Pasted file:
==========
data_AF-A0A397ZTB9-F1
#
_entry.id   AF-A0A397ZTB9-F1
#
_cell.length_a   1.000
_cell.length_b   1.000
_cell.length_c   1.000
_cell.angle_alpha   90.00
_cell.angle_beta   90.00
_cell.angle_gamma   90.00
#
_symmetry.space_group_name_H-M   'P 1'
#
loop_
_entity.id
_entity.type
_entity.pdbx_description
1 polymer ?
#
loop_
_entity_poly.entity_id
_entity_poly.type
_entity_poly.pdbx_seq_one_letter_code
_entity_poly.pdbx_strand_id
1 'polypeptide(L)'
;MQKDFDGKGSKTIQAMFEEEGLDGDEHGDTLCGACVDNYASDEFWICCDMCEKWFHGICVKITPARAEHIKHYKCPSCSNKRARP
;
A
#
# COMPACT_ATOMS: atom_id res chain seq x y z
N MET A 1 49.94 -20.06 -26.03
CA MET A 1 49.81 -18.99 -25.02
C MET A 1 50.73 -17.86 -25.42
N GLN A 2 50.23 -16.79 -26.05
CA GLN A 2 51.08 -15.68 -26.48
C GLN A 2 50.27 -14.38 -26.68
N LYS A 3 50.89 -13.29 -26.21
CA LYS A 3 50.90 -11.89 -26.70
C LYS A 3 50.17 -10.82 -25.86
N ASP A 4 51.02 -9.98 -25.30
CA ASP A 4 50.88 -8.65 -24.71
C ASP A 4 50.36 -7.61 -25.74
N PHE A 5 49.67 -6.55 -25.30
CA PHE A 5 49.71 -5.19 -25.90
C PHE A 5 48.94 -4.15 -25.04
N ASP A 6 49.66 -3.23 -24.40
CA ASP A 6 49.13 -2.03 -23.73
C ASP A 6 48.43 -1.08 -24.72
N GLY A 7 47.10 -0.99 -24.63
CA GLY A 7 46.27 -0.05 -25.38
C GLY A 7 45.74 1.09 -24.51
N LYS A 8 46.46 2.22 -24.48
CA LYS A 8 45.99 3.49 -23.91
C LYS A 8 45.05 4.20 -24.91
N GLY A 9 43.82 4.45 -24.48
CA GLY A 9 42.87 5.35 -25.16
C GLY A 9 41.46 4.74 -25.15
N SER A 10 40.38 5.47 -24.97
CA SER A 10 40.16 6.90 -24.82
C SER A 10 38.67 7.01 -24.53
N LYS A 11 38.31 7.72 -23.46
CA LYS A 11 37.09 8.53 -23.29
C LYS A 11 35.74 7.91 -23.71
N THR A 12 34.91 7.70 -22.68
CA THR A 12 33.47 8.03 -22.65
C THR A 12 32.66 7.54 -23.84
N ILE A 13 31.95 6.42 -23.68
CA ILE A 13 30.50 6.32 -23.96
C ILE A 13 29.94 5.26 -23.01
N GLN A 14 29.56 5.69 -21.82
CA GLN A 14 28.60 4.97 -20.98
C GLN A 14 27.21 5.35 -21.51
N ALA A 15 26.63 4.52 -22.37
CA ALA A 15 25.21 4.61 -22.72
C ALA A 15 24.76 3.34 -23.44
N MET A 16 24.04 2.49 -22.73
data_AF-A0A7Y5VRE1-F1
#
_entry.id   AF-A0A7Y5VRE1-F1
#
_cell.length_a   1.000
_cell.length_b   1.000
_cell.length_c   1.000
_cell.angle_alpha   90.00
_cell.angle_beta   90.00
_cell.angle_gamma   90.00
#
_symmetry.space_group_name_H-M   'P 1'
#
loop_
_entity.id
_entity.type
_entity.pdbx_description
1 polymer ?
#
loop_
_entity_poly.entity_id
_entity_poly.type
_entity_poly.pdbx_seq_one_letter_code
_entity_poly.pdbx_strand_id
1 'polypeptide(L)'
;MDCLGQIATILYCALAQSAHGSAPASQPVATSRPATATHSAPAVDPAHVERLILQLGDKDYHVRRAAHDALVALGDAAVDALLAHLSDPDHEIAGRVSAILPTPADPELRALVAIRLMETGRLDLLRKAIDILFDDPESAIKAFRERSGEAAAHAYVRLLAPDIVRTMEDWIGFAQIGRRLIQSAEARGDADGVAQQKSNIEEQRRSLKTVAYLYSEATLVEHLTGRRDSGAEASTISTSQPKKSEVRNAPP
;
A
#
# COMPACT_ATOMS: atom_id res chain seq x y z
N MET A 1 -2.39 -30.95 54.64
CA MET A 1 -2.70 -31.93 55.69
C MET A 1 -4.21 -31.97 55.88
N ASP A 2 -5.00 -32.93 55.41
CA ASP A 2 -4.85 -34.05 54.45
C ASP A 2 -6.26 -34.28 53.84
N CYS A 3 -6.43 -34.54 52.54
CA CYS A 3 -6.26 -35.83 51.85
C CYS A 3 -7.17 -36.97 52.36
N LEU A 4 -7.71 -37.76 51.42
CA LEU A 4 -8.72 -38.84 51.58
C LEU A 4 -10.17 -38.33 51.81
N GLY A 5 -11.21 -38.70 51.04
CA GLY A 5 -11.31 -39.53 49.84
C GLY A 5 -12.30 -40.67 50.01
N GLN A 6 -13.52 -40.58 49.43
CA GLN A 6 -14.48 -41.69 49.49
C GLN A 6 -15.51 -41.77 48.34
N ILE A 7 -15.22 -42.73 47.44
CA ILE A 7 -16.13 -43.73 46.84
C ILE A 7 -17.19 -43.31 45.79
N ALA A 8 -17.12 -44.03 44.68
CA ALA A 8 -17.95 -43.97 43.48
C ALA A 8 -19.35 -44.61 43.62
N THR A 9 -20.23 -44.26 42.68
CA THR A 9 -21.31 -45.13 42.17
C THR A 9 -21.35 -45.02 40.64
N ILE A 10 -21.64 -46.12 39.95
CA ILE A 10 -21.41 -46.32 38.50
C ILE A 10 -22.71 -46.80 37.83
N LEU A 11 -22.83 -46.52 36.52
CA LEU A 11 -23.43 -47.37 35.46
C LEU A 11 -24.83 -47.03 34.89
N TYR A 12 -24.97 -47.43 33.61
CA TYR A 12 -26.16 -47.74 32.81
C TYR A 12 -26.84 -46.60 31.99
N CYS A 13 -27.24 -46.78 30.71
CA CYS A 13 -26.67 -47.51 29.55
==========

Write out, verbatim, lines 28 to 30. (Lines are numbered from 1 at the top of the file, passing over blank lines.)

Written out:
A
#
# COMPACT_ATOMS: atom_id res chain seq x y z